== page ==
By Amanda Boundris
For decades, 49-year-old Lori Zozzolotto felt the call to nursing, but she let the voice in her head from her high school physics teacher tell her she couldn’t do it.
"He said that women weren’t smart enough to do well in the sciences," said Zozzolotto. "I was failing physics and he said he would pass me if I promised never to take another science course. For years I always kept thinking I wanted to be a nurse, but that I wasn’t smart enough."
Finally, she has silenced that voice.
On Friday, Nov. 16 the Mohawk College student will graduate with 35 of her peers from the McMaster Mohawk Conestoga Bachelor of Science in Nursing (BScN) program during the 2:30 p.m. convocation ceremony at Hamilton Place. In addition, 17 master's nursing students and one PhD student will receive graduate degrees, and two students will receive their Primary Health Care Nurse Practitioner graduate diplomas. Graduates from the rest of McMaster’s Faculty of Health Sciences and the Faculty of Science will also receive their degrees at this ceremony.
Everything changed for Zozzolotto when she took a first-aid course in 1987. By 5 p.m., after a full day of learning: "I was performing first-aid for the very first time on my best friend who had come to pick me up for dinner, after our car was T-boned. I was covered up to my elbows in blood, applying pressure to her head wound," she said.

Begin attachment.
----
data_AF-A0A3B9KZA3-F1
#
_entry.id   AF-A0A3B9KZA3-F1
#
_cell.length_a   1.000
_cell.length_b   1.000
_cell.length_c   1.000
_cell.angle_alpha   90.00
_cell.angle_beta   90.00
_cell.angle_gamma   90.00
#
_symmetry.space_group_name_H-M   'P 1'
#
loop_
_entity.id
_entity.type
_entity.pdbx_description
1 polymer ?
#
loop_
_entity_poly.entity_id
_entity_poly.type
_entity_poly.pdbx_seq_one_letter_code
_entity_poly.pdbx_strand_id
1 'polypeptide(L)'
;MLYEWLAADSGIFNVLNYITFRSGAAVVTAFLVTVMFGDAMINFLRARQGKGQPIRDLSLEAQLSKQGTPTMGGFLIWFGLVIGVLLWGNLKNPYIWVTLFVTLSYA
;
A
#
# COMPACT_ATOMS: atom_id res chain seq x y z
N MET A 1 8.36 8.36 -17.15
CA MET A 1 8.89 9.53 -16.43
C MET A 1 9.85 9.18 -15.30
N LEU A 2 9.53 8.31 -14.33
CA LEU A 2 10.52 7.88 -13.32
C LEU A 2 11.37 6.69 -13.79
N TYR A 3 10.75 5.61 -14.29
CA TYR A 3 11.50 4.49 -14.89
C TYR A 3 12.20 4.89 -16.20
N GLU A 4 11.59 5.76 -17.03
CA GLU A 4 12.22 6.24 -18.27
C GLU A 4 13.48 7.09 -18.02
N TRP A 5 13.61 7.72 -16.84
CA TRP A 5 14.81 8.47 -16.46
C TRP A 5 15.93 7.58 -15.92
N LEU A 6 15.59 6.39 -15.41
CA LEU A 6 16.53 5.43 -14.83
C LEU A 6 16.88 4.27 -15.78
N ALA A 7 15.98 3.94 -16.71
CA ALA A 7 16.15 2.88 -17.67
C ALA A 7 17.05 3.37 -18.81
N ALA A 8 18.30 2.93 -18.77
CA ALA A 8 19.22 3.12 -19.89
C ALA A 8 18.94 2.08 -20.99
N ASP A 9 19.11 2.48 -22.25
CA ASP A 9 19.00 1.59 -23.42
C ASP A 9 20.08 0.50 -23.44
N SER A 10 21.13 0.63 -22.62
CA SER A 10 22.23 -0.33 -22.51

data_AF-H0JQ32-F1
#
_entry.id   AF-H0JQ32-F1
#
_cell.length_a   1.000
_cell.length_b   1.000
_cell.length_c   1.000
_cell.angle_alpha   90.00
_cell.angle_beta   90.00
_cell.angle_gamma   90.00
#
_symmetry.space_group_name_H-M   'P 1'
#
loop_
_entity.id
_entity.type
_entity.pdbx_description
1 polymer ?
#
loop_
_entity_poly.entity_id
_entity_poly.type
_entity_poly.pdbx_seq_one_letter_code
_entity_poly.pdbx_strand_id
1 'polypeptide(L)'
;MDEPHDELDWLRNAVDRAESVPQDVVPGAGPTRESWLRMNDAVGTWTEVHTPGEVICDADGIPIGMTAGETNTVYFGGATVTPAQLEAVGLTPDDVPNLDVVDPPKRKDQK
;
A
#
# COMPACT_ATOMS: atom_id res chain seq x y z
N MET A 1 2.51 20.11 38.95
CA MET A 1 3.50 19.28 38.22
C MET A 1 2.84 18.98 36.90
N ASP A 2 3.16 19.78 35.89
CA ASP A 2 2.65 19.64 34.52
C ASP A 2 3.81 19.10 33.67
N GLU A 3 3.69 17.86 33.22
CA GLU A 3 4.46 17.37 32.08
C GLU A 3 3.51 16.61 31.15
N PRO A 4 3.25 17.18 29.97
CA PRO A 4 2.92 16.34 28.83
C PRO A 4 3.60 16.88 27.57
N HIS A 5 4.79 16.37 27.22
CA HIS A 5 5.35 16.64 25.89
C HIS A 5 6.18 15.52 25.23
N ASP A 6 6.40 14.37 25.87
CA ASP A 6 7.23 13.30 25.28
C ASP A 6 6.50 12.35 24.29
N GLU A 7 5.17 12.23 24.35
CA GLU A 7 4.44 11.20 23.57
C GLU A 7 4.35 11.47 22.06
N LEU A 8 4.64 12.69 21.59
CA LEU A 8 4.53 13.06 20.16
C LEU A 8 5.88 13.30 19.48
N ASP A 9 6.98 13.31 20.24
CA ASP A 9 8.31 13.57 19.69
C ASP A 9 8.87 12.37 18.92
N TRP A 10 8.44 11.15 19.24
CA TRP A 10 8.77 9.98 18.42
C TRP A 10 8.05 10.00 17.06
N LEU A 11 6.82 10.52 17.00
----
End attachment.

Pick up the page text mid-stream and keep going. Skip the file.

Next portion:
Zozzolotto began to seriously consider nursing after over 20 years in the workforce and being exposed to nursing interactions and hospitals — first as a correctional officer, then a doula. As a correctional officer for 14 years, she escorted female inmates to their medical appointments and found herself providing emotional support to patients going through a rough time.
"I have a real kindness and compassion for people. I think that’s what drew me to nursing," she said.
The Milton native caught up on her prerequisites and earned her Registered Practical Nurse (RPN) diploma from Sheridan College in 2008. She achieved high marks and was named class valedictorian. "Instead of just surviving, I was flourishing. It was a real surprise to me," said Zozzolotto.
She decided she really wanted to be a registered nurse (RN) and enrolled in the Post-RPN to BScN program in 2009. "I only applied here because I wanted to go to McMaster. I wanted to go to the best school or no school," she said.
It wasn’t easy. For three years the single mom has worked two jobs while studying and raising her identical twin boys, Jake and Zak, 18. "Lots of coffee got her through her on-average 16-hour days.
"When you’re an adult student you have the best incentive. You can’t go home to mom and dad and say you failed. You have kids. Failure is not an option," said Zozzolotto.
She said it was a constant struggle financially, too, explaining: "It was trying to put food on the table, get clothes for the kids, and pay for books for school. You’re always wondering, do I have enough money for gas or parking?"
Zozzolotto now works as a community nurse for Acclaim Health in the Halton region, where she does home visits with chronically ill clients and people just released from hospital with acute conditions.